Male Health News August 2016
New MRI method could identify healthy prostate tissue as well as cancer
As reported by Science Daily, magnetic resonance imaging (MRI) scans are used often in the diagnosis of prostate cancer. However, MRIs usually cannot be used to reliably distinguish between healthy cells, enlarged but benign cells and tumours in the prostate. Tests undertaken by UT Southwestern Medical Center researchers have identified that when glucose is introduced to specific cells in the prostate, these cells release zinc, which can be identified by an MRI scan. However, prostate cancer tissue releases far less zinc under these conditions. As such, the researchers were able to successfully detect small tumours much earlier in initial tests.
Prostate cancer can often have no symptoms in the early stages, so any progress on early diagnosis techniques could help save lives. The researchers plan to apply this method to patients to improve diagnosis and monitoring.
To find out more about prostate cancer, have a look at our information page, which also has useful links to relevant expert health sources and supportive charities.
(26th August 2016)
Being main breadwinner can be bad for men’s health, but good for women’s
Dr Christin Munsch, Assistant Professor of Sociology at the University of Connecticut, undertook a nationally representative study of US-based heterosexual couples. Controlling for other factors which could explain the differences, Dr Munsch found that “in general, as men took on more financial responsibility in their marriages, their psychological well-being and health declined.” Conversely, women’s mental health improved when they made greater financial contributions relative to their husband, and worsened if they contributed less.
Dr Munsch explained these differences as down to opposing cultural expectations for men and women. Overall, men tended to feel a sense of obligation to be breadwinners tied to their understanding of masculinity, and felt this as a source of pressure and worry when trying to maintaining “breadwinner status”. Alternatively, “breadwinning women may feel a sense of pride, without worrying what others will say if they can’t or don’t maintain it” said Dr Munsch.
In conclusion, Dr Munsch said that the study findings were an argument for greater equality in breadwinner status: “our study finds that decoupling breadwinning from masculinity has concrete benefits for both men and women”.
(19th August 2016)
Physical inactivity ‘second only to smoking’ as an early death risk
As reported by WebMD and Medical News Today, the study from University of Gothenburg analysed results from almost 800 men over a 45 year period. Smoking was identified as the factor most associated with early death from heart disease. However, the study author Per Ladenvall said that the researchers were “surprised that the effect of aerobic capacity [a measure of physical fitness] was even more pronounced than that of high cholesterol and high blood pressure”. In contrast, even after adjusting for other risk factors including smoking, high blood pressure and cholesterol levels, each measurable increase in physical fitness levels was linked with a 21% lower risk of early death.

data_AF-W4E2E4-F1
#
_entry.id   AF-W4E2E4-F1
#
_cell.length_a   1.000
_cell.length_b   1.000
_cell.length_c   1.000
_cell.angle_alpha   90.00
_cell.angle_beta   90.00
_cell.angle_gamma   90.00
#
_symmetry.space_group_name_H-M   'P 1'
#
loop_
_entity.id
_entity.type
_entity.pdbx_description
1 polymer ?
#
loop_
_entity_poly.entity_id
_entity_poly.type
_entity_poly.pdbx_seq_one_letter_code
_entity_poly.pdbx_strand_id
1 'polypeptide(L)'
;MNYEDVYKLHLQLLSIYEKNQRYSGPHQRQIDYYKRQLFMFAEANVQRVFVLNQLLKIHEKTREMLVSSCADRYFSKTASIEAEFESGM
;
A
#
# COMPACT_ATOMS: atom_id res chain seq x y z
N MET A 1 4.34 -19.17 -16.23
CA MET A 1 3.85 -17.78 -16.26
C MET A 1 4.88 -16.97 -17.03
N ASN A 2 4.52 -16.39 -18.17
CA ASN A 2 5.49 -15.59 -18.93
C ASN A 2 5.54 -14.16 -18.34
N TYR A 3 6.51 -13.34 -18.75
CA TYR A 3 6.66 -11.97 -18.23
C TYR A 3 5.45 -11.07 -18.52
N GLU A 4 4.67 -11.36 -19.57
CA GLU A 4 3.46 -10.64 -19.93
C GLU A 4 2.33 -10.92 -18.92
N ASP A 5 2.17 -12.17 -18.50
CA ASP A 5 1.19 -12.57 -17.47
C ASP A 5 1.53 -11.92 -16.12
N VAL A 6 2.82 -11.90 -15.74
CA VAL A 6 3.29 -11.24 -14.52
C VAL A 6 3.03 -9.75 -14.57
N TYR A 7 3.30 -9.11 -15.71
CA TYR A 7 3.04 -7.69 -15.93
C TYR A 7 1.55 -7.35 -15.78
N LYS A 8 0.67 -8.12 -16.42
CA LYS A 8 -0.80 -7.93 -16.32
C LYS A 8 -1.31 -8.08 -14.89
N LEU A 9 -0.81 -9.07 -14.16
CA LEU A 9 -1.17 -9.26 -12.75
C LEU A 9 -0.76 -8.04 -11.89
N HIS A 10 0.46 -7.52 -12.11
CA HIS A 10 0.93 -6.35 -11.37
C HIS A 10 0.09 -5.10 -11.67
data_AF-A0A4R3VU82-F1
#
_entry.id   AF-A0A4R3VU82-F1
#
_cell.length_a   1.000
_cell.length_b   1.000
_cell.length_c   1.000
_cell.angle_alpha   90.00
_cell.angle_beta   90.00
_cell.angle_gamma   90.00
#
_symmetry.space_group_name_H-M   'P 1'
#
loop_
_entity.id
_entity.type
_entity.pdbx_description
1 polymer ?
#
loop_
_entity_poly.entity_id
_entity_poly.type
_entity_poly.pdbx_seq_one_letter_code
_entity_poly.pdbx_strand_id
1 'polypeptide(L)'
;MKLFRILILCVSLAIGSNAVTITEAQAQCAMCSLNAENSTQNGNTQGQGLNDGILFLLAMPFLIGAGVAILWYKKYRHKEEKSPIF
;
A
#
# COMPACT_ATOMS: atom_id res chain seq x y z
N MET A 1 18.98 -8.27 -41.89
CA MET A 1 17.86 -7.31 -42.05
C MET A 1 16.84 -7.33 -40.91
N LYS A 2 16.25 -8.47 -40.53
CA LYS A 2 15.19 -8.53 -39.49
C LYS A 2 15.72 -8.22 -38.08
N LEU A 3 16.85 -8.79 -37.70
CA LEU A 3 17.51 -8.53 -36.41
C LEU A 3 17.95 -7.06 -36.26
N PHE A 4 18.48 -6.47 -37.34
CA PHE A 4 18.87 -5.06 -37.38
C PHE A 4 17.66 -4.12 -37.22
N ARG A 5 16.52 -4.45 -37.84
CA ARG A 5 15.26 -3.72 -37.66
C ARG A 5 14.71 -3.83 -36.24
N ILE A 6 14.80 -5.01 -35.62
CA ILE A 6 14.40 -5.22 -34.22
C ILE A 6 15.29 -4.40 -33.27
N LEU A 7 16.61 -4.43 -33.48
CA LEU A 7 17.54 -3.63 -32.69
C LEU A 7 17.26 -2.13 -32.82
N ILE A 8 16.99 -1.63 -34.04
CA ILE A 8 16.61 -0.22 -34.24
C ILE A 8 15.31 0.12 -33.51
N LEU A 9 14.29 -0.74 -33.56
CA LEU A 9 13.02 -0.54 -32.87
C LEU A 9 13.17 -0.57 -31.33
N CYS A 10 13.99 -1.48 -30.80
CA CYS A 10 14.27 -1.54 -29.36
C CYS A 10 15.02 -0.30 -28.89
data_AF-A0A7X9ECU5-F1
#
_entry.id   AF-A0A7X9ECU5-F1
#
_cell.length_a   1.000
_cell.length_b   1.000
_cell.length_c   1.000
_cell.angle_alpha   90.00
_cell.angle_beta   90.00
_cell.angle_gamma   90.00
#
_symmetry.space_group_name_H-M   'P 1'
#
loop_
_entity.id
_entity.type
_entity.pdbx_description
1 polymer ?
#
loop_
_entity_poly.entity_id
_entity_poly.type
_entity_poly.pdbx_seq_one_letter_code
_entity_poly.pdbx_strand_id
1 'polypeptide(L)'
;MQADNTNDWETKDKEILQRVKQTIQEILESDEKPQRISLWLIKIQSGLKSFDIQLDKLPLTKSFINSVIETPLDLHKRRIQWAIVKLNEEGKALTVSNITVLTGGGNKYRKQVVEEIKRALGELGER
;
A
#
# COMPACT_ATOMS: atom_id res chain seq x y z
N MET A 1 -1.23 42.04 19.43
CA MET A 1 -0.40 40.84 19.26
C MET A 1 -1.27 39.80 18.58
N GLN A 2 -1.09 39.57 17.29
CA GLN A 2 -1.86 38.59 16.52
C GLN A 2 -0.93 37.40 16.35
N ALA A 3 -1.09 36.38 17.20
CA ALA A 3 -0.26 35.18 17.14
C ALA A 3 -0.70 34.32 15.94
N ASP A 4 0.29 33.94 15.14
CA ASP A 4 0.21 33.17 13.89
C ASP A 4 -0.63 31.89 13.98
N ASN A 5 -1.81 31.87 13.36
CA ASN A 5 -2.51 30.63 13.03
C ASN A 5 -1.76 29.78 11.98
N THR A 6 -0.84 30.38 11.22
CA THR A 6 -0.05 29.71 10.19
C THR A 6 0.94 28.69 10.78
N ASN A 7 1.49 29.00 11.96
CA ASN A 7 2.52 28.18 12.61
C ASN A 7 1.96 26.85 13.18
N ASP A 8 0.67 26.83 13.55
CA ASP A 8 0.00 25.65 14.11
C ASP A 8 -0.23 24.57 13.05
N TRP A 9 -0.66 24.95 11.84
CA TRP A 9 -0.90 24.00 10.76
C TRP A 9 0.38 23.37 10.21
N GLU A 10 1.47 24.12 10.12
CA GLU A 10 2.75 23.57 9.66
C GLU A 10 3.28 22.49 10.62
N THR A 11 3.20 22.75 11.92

While improved physical activity was not proven to cause a lower risk by the study, the results support much other research which demonstrate that physical fitness helps us live longer.
And there’s no time like the present to get exercising! If you’re looking for inspiration, why not check out our blogs on fitness and getting started?
(12th August 2016)
Being overweight ‘ages’ your brain
As reported by BBC News, white matter is the part of the brain which transmits information, and is naturally lost over time as people age. However, research from the Cambridge Centre for Ageing and Neuroscience found that the brains of overweight people had far less white matter than thinner people. This was so pronounced that from middle age onwards, brains “appear to be 10 years older if you are overweight or obese”, said Dr Lisa Ronan, author of the study quoted in the Guardian.
However, there appeared to be no cognitive effects, and it is unclear whether the obesity was affecting the brain or vice versa. The authors have proposed more research to better understand the causes and potential long-term effects, such as susceptibility to conditions such as dementia.
As such, there’s no need to worry yet about lack of exercise shrinking your brain! But there are plenty of other reasons why it’s great to take regular exercise for your physical health and wellbeing. If you’re having trouble getting started or keeping to a routine, have a read of our ‘Making a Start’ blog for inspiration!
(August 5th 2016)